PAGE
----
Q: Read an interesting article on OL Coach Drevno. He talks about the very specific physical (such as flexibility/quickness in feet and hips) and mental characteristics he looks for in OL recruits. He doesn’t care about successful technique in high school because he figures he’s going to re-mold them anyway using his techniques. It sounds like under this formula we could end up with a lot more raw, unheralded guys that he feels he can develop into top-flight linemen. And that looks like the pattern that’s happening now with OL recruiting. Any thoughts about this approach?
A: Going to tackle both of these offensive line recruiting related questions with one answer here. As far as total number of offers, I like the increased amount that have gone out recently, specifically to west coast recruits. In a year like this, where there aren’t a bunch of slam dunk local kids that you’ve known about since they were freshmen, it was going to take some scouting and evaluation. I think that’s an area where Tim Drevno really excels. I love the coaching opportunity the elite camps offer the USC coaches, where they can get a really good look at a handful of their top targets in a practice environment, and they can see if things click from a talent standpoint, but also whether the recruit is coachable and how they do in the film room. The offers and commitments that come out of those camps are going to carry a lot of weight for me, because of that evaluation environment.
As for recruiting raw, unheralded guys, it becomes an issue of body type, where it’s really difficult for a recruiting site to give a five or high four-star ranking to a potential offensive tackle who weighs 240 pounds going into his senior year. But if you look at the four offensive tackles taken in the first round of the 2019 NFL Draft, and where they were ranked coming out of high school, you’ve got Alabama’s Jonah Williams (who was unanimous as a can’t-miss prospect) and then a 240-pound three star tackle, a 230-pound unranked tight end, and a 270-pound three star defensive end. I have zero issue adding one or two offensive line “projects” who are athletic with good feet to every class. You’re seeing more and more of those guys turn into the top picks in the draft.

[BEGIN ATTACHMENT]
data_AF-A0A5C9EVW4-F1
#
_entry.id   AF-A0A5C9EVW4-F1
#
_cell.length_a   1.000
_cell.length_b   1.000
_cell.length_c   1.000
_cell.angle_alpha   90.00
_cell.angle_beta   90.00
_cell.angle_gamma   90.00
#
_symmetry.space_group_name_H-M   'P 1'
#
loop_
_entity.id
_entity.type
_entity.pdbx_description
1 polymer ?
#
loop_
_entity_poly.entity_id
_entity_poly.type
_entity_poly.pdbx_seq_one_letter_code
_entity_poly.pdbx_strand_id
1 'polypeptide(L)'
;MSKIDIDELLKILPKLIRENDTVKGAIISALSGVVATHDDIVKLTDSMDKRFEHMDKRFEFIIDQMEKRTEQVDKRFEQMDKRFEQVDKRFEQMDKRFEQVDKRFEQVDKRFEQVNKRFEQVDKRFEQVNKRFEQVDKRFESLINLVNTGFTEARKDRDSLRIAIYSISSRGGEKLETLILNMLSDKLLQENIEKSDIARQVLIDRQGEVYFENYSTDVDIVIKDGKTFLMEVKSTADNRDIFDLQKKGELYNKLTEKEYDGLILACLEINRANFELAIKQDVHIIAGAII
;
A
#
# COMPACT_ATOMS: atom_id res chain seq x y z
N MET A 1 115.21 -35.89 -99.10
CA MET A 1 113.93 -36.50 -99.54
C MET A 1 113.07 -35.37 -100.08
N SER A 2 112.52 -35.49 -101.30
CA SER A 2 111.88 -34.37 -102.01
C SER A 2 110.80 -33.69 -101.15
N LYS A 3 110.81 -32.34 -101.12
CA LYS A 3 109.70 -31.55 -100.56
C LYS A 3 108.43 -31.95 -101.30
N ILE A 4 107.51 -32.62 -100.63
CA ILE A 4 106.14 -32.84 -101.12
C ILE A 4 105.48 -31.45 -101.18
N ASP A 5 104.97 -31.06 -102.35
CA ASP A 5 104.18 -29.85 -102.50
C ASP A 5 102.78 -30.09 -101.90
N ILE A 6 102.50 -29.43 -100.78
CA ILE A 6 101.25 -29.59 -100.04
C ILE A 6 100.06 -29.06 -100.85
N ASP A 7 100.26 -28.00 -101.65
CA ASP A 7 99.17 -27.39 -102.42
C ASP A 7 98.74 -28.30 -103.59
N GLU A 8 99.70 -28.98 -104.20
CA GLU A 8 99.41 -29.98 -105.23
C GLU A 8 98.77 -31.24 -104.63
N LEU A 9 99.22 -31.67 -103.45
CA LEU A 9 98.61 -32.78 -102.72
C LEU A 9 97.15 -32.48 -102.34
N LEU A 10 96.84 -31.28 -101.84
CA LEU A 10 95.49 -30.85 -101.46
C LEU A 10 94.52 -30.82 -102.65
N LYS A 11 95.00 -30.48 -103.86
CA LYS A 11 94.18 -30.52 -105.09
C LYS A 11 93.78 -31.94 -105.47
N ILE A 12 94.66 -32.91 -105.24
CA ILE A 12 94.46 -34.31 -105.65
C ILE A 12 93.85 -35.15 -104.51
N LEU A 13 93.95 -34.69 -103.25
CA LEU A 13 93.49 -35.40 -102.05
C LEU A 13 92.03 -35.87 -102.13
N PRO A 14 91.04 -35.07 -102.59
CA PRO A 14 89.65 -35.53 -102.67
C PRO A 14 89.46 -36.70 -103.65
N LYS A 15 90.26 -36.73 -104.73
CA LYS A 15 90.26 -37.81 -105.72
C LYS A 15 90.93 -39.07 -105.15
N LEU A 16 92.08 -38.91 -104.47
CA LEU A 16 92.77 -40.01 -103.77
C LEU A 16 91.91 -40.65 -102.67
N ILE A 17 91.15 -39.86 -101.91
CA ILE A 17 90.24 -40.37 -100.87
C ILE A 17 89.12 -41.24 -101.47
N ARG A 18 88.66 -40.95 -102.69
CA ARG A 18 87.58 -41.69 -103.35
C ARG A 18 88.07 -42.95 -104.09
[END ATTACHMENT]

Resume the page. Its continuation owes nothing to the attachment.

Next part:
Q: Looks like Josh I heading for Illinois. Why do you think he did pan out at SC?
A: Injuries really took a toll on Josh Imatorbhebhe during his career at USC. An ankle injury during fall camp last year derailed him while he was angling for real playing time. Ultimately, the consistency just wasn’t there.
Touchdown for USC
Q: Did any interesting prospects participate at RisingStars camp?
A: There were definitely a few prospects worth keeping an eye on, but USC’s Rising Stars Camp has changed a bit in its importance, taking much more of a back seat to the elite camps.
A few names to keep in mind, and prospects who won MVP honors at their respective positions, included 2020 defensive lineman Dion Wilson (Perris, Calif./Orange Vista), 2022 defensive end Rashad McKenzie (Mission Hills, Calif./Alemany), 2020 safety Justin Livingston (Paramount, Calif./Paramount), 2020 cornerback Josh Alford (Bellflower, Calif./St. John Bosco), 2021 athlete Andrew Simpson (Cerritos, Calif./Gahr), 2021 wide receiver Jonah Carnell (Norco, Calif./Norco), and 2021 athlete Devin Kirkwood (Gardena, Calif./Serra).
Q: How would you stack up Bru and Chris’s spring ball performances at their former schools compared to USC early entrants? Was Drake Jackson the top performer of the bunch? ( Bru and Chris included)
A: Not having been at Texas or Florida to witness the springs from Bru McCoy or Chris Steele, it’s tough to rank them like that simply based on reports. Drake Jackson (photo above) wasn’t perfect this spring, but it’s tough to imagine a true freshman putting together a much better opening spring than he did. If you’d asked me before spring ball to rank them in order of how much of an impact they’d have during their college careers, Jackson probably would have been No. 3. Now, I’d give serious thought to putting him at No. 1.